Ask yourself: Who are you, as a man? And does your woman accept that you have obligations to stand up to evil and do good ? Will she support you in your battle against evil, or will the marriage just be about her feelings and desires? I would especially beware of women who think that God is speaking to them through their feelings and desires. Look at her friends: are they practical and successful? Or are they irresponsible, unaccountable and reckless? Look at her father: does he have a plan for her, and does he lead her to be practical, frugal and hard-working? If you are not going to get an ally and a supporter in a wife, then you will not be able to serve God well, as a married man. Think about it.

New study: the majority (69%) of divorces are initiated by women

Is it OK to tell women they are wrong?
Is this “I’ll do what I want” attitude compatible with life-long married love?

This new report from Live Science gives us some numbers about who initiates divorces most frequently.

It says:

Women are more likely than men to initiate divorce in the United States, but they are no more likely than men to initiate breakups in a dating relationship, a new study finds.

“The breakups of nonmarital heterosexual relationships in the U.S. are quite gender-neutral and fairly egalitarian,” study author Michael Rosenfeld, an associate professor of sociology at Stanford University, said in a statement. “This was a surprise because the only prior research that had been done on who wanted the breakup was research on marital divorces.”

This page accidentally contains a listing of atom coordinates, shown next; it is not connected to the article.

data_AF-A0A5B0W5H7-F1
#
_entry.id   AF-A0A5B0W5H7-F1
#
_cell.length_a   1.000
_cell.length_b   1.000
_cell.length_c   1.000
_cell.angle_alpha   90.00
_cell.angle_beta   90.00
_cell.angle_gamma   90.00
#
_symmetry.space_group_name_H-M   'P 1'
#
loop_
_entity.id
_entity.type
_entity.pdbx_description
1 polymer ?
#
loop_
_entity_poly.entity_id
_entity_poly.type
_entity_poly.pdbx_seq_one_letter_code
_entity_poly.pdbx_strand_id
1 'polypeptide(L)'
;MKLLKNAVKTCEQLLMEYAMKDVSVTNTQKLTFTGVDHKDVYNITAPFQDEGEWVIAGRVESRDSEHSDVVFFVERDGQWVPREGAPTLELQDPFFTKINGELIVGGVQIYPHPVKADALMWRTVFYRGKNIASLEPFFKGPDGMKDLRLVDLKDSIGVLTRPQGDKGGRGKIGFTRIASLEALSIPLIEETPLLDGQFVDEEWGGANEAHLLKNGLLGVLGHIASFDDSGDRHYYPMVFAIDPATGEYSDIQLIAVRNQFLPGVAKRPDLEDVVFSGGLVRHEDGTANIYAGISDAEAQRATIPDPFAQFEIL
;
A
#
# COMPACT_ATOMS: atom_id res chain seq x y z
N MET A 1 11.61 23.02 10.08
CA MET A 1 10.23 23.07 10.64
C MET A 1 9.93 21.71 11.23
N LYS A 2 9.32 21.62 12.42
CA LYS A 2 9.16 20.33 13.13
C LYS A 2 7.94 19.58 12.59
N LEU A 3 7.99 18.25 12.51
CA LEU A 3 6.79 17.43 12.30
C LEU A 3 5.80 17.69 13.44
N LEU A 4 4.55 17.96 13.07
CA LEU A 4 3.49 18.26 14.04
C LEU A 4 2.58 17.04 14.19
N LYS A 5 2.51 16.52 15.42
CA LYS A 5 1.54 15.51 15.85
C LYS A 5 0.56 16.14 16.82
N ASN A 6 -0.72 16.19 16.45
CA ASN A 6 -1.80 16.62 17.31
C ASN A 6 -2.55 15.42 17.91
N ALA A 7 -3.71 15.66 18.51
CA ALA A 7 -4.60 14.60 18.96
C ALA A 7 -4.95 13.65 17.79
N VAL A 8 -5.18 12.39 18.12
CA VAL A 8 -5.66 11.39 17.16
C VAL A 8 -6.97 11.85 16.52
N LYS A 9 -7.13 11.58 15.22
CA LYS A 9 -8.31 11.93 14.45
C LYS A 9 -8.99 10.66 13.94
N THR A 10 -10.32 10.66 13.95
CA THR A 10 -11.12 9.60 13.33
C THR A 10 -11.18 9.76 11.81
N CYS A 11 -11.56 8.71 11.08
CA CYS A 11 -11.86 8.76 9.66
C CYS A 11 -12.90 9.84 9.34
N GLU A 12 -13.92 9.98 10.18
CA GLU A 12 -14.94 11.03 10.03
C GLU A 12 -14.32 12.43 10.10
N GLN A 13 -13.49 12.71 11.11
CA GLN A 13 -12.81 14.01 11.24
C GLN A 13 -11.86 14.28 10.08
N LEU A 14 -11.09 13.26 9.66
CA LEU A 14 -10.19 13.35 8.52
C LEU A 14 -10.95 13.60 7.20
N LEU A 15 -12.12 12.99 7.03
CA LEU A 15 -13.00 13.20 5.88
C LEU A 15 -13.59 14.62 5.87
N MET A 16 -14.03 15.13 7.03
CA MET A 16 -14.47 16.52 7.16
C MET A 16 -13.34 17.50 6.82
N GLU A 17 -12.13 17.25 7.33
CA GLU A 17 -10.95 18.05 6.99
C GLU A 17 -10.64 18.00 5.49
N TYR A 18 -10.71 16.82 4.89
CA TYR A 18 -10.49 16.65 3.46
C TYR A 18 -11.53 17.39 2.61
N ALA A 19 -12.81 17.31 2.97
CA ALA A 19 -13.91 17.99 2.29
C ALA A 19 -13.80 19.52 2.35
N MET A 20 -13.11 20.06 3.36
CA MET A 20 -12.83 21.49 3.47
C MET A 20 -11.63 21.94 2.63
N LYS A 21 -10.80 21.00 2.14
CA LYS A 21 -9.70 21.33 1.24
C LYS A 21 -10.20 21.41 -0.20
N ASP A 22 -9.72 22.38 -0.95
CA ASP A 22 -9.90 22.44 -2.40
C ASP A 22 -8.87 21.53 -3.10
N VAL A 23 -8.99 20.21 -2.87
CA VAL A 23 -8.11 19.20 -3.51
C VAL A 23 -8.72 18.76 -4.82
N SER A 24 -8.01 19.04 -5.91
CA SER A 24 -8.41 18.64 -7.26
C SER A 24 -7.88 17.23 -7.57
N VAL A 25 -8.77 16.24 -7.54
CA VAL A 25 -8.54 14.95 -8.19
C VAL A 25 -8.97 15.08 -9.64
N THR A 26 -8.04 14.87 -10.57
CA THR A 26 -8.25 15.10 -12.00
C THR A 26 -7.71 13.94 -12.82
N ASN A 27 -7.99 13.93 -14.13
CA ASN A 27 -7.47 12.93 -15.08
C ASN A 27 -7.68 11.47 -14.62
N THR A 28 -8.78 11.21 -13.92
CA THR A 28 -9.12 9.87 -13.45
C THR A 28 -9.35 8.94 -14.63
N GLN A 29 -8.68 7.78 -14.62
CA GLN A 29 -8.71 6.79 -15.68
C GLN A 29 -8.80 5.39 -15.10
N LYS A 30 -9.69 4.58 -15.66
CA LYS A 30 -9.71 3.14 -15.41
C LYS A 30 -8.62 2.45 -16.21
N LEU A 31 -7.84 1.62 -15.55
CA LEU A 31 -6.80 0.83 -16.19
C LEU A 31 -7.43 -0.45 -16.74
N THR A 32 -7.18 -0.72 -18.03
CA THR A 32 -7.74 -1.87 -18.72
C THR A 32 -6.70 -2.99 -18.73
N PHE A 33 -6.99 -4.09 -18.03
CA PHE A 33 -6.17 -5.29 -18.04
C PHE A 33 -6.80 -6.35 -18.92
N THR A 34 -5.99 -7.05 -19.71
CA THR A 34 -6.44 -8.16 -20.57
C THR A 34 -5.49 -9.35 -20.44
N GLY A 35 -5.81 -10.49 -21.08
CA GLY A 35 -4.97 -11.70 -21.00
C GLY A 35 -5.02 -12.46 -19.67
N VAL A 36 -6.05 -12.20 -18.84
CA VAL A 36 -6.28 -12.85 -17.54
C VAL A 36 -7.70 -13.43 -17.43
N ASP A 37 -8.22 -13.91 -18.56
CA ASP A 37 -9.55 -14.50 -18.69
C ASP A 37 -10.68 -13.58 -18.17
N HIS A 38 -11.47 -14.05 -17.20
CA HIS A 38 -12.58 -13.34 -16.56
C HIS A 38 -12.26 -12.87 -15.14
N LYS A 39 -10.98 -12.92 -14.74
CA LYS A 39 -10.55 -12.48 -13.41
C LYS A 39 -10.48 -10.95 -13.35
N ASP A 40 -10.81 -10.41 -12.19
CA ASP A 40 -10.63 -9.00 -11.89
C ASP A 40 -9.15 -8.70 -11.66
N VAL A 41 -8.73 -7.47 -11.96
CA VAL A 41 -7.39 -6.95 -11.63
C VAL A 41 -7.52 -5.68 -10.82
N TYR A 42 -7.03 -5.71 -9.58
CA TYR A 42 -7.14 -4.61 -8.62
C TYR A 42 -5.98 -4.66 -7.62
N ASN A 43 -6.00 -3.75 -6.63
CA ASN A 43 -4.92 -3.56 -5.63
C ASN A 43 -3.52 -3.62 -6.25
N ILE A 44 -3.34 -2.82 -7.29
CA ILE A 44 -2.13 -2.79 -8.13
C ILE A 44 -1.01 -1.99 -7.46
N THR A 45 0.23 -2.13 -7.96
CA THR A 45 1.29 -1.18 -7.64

Previous research had found that women are more likely to initiate divorce, at least in the United States, Europe and Australia. In the new study, Rosenfeld compared divorces to nonmarital breakups, in an effort to understand the driving forces behind each type of breakup.

To investigate, he looked at data from the 2009 to 2015 waves of How Couples Meet and Stay Together, a nationally representative survey spearheaded by Rosenfeld and his colleagues. The new study includes 2,262 adults, ages 19 to 64, who reported having opposite-sex partners in 2009. By 2015, 371 of the participants had broken up or gotten divorced.

Women initiated 69 percent of the 92 divorces, Rosenfeld found. But there was no statistically significant difference between women and men when it came to nonmarital breakups, regardless of whether they were living together, he said.

The Ruth Institute reports on a few studies:

Female unions seem to have the highest divorce rates, followed by male unions, followed by opposite sex unions.

“For Sweden, the divorce risk for partnerships of men is 50% higher than the risk for heterosexual marriages, and that the divorce risk for female partnerships is nearly double that for men.”

“For Norway, divorce risks are 77% higher in lesbian partnerships than in those of gay men.”  (The Norwegian data did not include a comparison with opposite sex couples.)

In California, the data is collected a little differently. The study looks at couples who describe themselves as partners, whether same sex or opposite sex. The study asks the question, how likely is it that these couples live in the same household five years later. Male couples were only 30% as likely, while female couples were less that 25% as likely, as heterosexual married couples, to be residing in the same household for five years.

It really seems as if there is something about women in particular that causes them to be unable to keep to commitments in their actions, despite what they might say with their words.